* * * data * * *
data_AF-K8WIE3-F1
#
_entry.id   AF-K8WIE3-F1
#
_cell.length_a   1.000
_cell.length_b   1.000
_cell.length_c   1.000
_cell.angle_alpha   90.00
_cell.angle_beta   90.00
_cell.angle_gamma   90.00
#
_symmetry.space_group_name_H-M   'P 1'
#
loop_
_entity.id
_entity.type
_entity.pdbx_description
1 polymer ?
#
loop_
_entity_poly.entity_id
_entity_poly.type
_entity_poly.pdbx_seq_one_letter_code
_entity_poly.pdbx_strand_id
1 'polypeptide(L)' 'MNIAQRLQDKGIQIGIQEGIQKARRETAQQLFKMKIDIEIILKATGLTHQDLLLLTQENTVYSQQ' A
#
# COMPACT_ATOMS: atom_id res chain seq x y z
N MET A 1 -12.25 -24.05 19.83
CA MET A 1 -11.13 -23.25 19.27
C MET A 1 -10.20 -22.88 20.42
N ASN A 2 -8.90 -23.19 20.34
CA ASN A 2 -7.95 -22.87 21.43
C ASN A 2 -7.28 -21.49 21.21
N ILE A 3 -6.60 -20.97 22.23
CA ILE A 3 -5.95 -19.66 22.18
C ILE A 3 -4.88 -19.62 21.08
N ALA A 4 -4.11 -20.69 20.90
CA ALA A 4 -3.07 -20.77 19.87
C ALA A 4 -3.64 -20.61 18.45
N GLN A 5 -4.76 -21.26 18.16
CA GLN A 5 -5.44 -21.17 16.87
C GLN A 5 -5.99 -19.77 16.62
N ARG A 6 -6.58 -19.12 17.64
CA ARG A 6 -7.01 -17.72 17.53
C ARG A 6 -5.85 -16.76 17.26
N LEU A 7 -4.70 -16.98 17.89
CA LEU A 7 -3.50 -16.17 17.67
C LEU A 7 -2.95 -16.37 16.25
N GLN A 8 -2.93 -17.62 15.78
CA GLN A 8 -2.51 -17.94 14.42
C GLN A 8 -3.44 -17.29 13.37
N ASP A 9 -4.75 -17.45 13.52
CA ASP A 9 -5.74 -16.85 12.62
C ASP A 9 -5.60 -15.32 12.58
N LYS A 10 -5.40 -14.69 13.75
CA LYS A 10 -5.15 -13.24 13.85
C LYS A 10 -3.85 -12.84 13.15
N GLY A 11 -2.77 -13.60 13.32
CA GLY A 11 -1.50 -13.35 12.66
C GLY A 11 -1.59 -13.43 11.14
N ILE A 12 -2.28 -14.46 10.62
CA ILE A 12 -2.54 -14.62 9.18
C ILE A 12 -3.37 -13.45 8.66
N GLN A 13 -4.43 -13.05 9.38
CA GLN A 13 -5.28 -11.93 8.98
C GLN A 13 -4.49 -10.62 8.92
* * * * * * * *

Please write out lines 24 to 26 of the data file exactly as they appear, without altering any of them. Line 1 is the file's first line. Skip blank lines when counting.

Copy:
_entity_poly.pdbx_strand_id
1 'polypeptide(L)' 'MNIAQRLQDKGIQIGIQEGIQKARRETAQQLFKMKIDIEIILKATGLTHQDLLLLTQENTVYSQQ' A
#